7:27 PM EST Manning mentioned how David House was going to a “particular blogger” to share details of his visits with him. He removed House because he was visiting the facility and he had told him he didn’t want to “stir up” the media. “We’re at level of trust where I just want you to talk to me if you want to be my friend.” He said they had mutual friend, Daniel Clark.
Manning realized over time he was going to this blogger.” He didn’t want him going to this particular blog immediately following visitation. (This was and had to be Firedoglake editor-in-chief Jane Hamsher, who was driving him to Quantico for visits. However, it is not specifically clear from testimony how Manning knew he was going to talk to a blogger. His lawyer, David Coombs, or David House could have told him at some point.)
He also said he removed his father because he had come by a few times and then, in early 2011, “he came by out of the blue.” He did an interview later on that day with PBS FRONTLINE. Manning said he had just had a conversation with him about being “glad nobody from his family was engaging in interviews and doing press.” He did the interview that same day.
When Manning found out, he didn’t want to have his father visiting anymore. And he found he had basically taken advantage of interview to get “plane tickets.”
7:25 PM EST David Coombs finished cross-examining Manning. I will be doing a full report that will go up very soon.
5:17 PM EST Manning on the stand:
Bradley Manning had one master sergeant who was his counselor who was telling him that Dr. Hochter was not actually sending representations to remove him from Prevention of Injury (POI) watch, so he thought for a while he could not trust his doctor. (Hochter was sending recommendations to remove Manning from POI watch).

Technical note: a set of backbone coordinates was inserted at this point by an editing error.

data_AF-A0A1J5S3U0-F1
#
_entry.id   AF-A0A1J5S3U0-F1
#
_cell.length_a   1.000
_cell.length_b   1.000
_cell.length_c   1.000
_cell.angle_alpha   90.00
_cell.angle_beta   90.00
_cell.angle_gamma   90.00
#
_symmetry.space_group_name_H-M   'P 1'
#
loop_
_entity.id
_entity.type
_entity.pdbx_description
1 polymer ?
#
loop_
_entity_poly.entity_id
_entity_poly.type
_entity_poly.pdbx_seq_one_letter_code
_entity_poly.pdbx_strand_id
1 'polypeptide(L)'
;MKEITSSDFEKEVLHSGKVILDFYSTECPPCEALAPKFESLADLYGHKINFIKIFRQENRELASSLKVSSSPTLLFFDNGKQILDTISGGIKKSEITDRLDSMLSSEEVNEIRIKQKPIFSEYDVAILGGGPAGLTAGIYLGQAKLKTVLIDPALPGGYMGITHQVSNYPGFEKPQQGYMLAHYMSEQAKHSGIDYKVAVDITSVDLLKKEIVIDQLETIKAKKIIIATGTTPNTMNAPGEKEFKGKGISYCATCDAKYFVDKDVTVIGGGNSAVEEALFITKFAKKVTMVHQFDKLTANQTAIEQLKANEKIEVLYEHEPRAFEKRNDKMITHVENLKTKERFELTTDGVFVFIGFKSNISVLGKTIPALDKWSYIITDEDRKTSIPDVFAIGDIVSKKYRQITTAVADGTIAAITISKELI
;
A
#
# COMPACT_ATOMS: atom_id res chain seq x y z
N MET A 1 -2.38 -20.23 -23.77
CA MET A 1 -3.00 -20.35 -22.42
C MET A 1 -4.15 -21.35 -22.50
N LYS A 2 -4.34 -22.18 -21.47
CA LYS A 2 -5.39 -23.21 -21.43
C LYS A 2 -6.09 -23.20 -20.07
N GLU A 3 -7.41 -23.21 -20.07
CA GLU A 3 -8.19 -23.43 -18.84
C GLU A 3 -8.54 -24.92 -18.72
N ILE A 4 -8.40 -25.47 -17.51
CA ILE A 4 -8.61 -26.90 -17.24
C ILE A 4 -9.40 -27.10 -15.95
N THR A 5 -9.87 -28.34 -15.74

Manning liked hearing about current events: “It grounds me,” the big world, as opposed to my little cell
One guard wondered when Bradley Manning would get off “Manning watch”
Manning says there was very little difference between being on Suicide Risk & Prevention of Injury status at Quantico
He says he’s “more of a nonfiction book” person. Read philosophy. Authors he likes: Brian Greene, Richard Dawkins
Manning: ‘If I needed toilet paper I would stand to attention and shout: “Detainee Manning requests toilet paper!”’
Manning is smiling & energetic while giving testimony. Very intelligent. Really great to hear from him finally
He said in Kuwait he felt suicidal but didn’t want to die, wanted to get out of “animal cage” where he was being held
He thought when he left Kuwait military might move him to Guantanamo or Djibouti so was pleased to end up at Quantico
1:30 PM EST Judge Army Col. Denise Lind accepted some of Bradley Manning’s proposed and anticipated pleas. She determined that eight of those pleas were proper pleas to lesser-included offenses in the charges and specifications.
He did not plead guilty to aiding the enemy, stealing an unclassified global address list or committing any computer crime offenses under the Computer Fraud and Abuse Act (CFAA). The judge found to be acceptable lesser-included offenses Charge 2, Specification 2, which was the unauthorized possession of video and willful communication of it to a person not entitled to receive it. She accepted lesser-included offenses of Specifications 2, 3, 5, 7, 9, 10 and 15 of Charge 2
The judge accepted the plea to Specification 5 of Charge 3 as written.
Then, there were “irregular pleas” which the judge could not accept. I’ll get into this more later this afternoon. Court is coming back from recess.